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Equipment Discussions >> Binoculars

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Danman53
Vendor (DGM Optics)


Reged: 11/17/11

Re: Filtered - Unfiltered new [Re: RichD]
      #5581205 - 12/20/12 06:09 PM

Quote:

Dan, i'm talking telescopes mainly. I use a UHC and OIII with 5" and a 12" as I find the best effect with filters for me occurs with at least 100mm of aperture or more. I don't have very dark skies here so a pair of nebula filters on my 16x70s or 10x50 don't work too well (I tried briefly once).




As far as the 10 x 50 mm binos, I didn't care for the NPB (UHC type) view either, although from what others are saying, I should give it another try with some more challenging objects.


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Danman53
Vendor (DGM Optics)


Reged: 11/17/11

Re: Filtered - Unfiltered new [Re: GlennLeDrew]
      #5581350 - 12/20/12 07:53 PM

Quote:

Dan,
In the case of emission nebulae, for all intents and purposes the *only* light we see is that emitted at the specific wavelengths passed by the filters we use. From a visual perspective (especially when dark adapted) we can eliminate the deep red H-alpha; our eye is so insensitive to it that it can never contribute more than a couple of percent to the visible light (except for a couple of very unique objects.) To our eyes, the vast bulk of nebular light is O-III and H-beta emission. Depending on the relative intensity of each emission component, we either employ an O-III, H-beta or 'UHC'-like filter, depending on whether we wish to pass one, the other or both.

In any case, because the emission lines are effectively of sub-nanometer width, the narrowest we can humanly make the passband the better, for then we increase contrast the most. And no desired emission light is lost.





Glenn, you could actually demonstrate that theory. This is an 03 modeled with a thin film design program. It has a bandwidth of about 15 nm. At 0 AOI the oxygen lines transmit over 90% TX. If you tilt the filter about 20 degrees the average 03 will shift short about 8nm, nearly completely suppressing 505 and knocking 501 to around 30% TX. So you would suppose an oxygen rich object would dim, or even disappear, if there is no significant energy outside the emission lines.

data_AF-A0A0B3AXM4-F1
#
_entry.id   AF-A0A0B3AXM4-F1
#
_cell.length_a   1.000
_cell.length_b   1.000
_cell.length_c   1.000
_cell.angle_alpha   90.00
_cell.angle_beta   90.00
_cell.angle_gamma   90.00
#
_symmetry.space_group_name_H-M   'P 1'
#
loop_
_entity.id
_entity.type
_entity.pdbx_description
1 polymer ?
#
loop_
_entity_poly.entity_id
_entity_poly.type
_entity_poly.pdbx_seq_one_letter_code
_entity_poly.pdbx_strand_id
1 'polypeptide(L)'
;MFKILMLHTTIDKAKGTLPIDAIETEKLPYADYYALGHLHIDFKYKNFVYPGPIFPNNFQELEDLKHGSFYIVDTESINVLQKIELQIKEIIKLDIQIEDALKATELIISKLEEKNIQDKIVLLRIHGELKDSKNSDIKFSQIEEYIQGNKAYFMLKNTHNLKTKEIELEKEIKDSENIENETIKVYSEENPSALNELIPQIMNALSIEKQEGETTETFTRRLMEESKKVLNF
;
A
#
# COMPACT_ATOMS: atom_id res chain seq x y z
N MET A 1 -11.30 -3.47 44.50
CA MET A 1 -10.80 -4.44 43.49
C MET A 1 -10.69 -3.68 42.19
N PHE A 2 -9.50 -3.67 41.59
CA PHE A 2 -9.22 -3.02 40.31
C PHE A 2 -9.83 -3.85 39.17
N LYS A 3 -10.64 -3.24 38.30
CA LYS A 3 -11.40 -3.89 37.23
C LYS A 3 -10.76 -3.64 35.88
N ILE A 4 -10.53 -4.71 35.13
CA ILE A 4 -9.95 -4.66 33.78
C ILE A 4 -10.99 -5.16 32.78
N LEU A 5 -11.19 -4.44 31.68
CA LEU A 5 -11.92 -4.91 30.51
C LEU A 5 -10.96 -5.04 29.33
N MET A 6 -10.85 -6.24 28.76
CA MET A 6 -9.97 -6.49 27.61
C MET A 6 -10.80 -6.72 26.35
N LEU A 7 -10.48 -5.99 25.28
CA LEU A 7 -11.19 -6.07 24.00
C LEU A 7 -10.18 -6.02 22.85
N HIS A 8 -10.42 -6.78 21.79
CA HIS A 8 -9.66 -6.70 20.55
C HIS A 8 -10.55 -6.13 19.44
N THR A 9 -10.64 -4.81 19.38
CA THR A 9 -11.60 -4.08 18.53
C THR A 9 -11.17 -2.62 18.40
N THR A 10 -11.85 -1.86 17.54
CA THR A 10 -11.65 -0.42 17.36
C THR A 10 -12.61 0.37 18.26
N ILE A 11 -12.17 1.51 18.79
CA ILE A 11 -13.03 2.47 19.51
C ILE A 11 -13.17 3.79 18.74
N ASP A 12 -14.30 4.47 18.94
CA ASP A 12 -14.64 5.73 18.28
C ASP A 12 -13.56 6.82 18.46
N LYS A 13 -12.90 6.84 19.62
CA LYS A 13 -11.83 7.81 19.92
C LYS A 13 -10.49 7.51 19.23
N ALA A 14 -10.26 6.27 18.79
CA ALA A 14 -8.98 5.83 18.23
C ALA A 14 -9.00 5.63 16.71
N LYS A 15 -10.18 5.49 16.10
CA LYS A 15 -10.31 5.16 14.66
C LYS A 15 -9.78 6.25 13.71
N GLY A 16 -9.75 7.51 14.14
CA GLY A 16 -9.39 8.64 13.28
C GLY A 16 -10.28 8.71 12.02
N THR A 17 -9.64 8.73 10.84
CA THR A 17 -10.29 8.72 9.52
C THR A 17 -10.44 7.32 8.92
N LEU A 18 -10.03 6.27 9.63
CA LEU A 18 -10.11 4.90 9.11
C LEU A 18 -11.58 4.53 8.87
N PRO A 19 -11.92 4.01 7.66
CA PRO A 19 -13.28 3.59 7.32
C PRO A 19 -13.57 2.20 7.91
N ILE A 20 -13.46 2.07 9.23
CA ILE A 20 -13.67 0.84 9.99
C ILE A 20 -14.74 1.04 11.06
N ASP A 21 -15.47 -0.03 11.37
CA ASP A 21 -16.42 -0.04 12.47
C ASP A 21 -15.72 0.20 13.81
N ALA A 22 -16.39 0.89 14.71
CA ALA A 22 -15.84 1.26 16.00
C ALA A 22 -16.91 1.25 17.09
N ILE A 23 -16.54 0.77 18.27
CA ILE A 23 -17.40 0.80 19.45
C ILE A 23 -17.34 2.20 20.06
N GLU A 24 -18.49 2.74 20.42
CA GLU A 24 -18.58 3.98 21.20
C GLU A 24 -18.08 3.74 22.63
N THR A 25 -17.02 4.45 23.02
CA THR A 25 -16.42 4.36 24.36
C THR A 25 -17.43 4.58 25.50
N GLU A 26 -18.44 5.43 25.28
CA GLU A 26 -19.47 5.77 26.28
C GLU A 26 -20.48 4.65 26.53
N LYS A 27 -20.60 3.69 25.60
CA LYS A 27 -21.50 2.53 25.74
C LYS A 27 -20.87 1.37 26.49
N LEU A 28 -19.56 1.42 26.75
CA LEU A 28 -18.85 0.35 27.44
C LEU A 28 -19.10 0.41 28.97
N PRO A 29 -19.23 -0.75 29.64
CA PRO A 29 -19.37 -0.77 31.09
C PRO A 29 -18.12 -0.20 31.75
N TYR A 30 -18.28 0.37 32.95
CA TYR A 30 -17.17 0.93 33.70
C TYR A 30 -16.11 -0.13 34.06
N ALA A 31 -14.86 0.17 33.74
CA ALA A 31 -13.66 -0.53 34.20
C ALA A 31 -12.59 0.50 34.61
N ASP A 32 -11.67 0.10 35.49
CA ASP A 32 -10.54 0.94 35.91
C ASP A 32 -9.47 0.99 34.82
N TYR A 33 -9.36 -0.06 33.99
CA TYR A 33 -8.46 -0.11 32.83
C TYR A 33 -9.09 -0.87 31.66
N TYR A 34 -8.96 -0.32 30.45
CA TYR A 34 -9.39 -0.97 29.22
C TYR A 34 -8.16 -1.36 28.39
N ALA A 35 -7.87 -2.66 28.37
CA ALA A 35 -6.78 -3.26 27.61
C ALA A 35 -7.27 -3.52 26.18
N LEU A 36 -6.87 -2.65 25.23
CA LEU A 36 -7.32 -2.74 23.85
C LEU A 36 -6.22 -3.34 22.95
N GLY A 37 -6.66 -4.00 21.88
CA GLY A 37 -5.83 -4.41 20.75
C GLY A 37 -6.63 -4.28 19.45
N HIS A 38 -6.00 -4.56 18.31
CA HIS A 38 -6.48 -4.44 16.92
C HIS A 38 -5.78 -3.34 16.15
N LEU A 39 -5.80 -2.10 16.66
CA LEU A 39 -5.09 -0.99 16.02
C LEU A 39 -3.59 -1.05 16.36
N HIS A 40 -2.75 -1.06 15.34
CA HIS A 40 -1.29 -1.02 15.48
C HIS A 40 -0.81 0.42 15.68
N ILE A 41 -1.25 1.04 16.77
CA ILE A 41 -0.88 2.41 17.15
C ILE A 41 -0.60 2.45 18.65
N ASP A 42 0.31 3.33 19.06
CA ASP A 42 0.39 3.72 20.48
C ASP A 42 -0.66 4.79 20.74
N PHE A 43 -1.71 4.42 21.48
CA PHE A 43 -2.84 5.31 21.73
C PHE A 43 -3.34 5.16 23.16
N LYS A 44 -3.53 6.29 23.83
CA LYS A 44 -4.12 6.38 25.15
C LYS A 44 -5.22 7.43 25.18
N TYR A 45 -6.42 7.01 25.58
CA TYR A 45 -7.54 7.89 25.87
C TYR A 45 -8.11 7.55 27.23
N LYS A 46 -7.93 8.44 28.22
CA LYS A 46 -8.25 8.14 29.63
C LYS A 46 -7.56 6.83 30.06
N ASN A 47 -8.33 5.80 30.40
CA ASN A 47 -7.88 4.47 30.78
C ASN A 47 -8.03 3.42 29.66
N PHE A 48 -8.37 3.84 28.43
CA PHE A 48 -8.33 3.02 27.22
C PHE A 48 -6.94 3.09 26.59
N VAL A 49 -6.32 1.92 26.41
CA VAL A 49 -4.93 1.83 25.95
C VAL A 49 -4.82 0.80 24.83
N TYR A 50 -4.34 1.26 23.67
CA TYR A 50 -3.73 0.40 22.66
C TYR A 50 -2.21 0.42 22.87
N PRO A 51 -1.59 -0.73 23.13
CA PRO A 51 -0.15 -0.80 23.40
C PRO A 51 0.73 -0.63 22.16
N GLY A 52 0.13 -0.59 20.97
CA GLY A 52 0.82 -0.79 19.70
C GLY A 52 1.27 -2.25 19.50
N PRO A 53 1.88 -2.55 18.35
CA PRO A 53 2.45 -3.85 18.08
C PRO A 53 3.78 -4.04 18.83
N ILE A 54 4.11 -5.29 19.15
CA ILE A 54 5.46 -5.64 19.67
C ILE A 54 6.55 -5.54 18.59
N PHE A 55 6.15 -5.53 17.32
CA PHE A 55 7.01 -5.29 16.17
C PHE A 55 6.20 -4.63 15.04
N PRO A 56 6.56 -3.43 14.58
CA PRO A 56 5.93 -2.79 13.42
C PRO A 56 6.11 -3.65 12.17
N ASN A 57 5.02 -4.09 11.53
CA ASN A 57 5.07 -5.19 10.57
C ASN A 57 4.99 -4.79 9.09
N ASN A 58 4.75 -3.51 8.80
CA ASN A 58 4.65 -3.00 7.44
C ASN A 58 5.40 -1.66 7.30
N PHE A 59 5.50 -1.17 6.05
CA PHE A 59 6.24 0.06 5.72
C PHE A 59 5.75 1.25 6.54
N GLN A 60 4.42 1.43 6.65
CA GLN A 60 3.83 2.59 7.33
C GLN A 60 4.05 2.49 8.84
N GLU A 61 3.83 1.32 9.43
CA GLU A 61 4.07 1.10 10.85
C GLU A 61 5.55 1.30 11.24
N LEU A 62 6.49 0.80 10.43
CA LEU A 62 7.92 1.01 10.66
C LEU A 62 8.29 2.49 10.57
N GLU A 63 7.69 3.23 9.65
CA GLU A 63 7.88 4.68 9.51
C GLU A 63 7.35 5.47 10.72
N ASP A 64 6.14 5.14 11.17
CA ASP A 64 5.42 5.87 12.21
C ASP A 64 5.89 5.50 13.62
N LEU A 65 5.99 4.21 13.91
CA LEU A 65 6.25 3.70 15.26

Edited by Danman53 (12/20/12 07:59 PM)


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GlennLeDrew
Postmaster
*****

Reged: 06/18/08

Loc: Ottawa, Ontario, Canada
Re: Filtered - Unfiltered new [Re: Danman53]
      #5581549 - 12/20/12 10:14 PM

Quite correct, Dan. Light entering an interference filter too far from perpendicular becomes 'de-tuned.' However, for even a fast scope of f/4, marginal rays enter a little over 7 degrees from perpendicular. A visual nebula filter can well handle this.

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Danman53
Vendor (DGM Optics)


Reged: 11/17/11

Re: Filtered - Unfiltered new [Re: GlennLeDrew]
      #5581642 - 12/20/12 11:08 PM

Quote:

Quite correct, Dan. Light entering an interference filter too far from perpendicular becomes 'de-tuned.' However, for even a fast scope of f/4, marginal rays enter a little over 7 degrees from perpendicular. A visual nebula filter can well handle this.




Glenn, I was actually talking about tilting the filter about 20 degrees to shift the the bandpass shorter. Just as a kind of a "what if" to test the emission line hypothesis. But you`re correct about cone angle. It is non-problem because visual filters are so insensitive to AOI, unless you get over about 15 degrees, or an f/2 system ... yikes!

Edited by Danman53 (12/21/12 01:51 PM)


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